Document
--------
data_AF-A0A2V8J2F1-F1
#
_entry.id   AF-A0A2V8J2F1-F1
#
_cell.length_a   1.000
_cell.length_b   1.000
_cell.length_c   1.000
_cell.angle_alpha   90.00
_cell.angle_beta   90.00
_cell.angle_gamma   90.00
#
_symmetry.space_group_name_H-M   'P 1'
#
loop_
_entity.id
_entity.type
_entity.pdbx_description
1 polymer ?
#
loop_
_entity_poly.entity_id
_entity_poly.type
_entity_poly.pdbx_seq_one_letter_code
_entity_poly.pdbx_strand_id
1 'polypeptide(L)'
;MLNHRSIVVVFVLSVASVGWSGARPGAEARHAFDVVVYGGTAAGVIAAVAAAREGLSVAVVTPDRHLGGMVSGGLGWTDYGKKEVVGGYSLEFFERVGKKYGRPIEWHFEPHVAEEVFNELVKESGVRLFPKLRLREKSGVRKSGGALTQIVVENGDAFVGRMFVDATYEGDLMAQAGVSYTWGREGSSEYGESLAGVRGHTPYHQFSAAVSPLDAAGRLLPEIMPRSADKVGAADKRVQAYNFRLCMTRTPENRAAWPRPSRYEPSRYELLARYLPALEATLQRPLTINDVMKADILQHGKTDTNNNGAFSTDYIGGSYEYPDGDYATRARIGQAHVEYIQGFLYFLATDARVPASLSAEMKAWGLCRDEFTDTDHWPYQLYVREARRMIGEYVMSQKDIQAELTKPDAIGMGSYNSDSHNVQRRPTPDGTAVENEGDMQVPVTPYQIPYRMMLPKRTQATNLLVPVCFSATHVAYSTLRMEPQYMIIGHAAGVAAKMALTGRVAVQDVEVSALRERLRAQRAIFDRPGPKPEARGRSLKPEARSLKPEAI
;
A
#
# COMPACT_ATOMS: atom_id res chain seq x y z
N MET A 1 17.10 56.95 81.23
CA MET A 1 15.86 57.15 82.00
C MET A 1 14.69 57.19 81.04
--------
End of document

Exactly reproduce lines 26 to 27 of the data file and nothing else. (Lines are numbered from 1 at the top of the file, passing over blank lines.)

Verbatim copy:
;MLNHRSIVVVFVLSVASVGWSGARPGAEARHAFDVVVYGGTAAGVIAAVAAAREGLSVAVVTPDRHLGGMVSGGLGWTDYGKKEVVGGYSLEFFERVGKKYGRPIEWHFEPHVAEEVFNELVKESGVRLFPKLRLREKSGVRKSGGALTQIVVENGDAFVGRMFVDATYEGDLMAQAGVSYTWGREGSSEYGESLAGVRGHTPYHQFSAAVSPLDAAGRLLPEIMPRSADKVGAADKRVQAYNFRLCMTRTPENRAAWPRPSRYEPSRYELLARYLPALEATLQRPLTINDVMKADILQHGKTDTNNNGAFSTDYIGGSYEYPDGDYATRARIGQAHVEYIQGFLYFLATDARVPASLSAEMKAWGLCRDEFTDTDHWPYQLYVREARRMIGEYVMSQKDIQAELTKPDAIGMGSYNSDSHNVQRRPTPDGTAVENEGDMQVPVTPYQIPYRMMLPKRTQATNLLVPVCFSATHVAYSTLRMEPQYMIIGHAAGVAAKMALTGRVAVQDVEVSALRERLRAQRAIFDRPGPKPEARGRSLKPEARSLKPEAI
;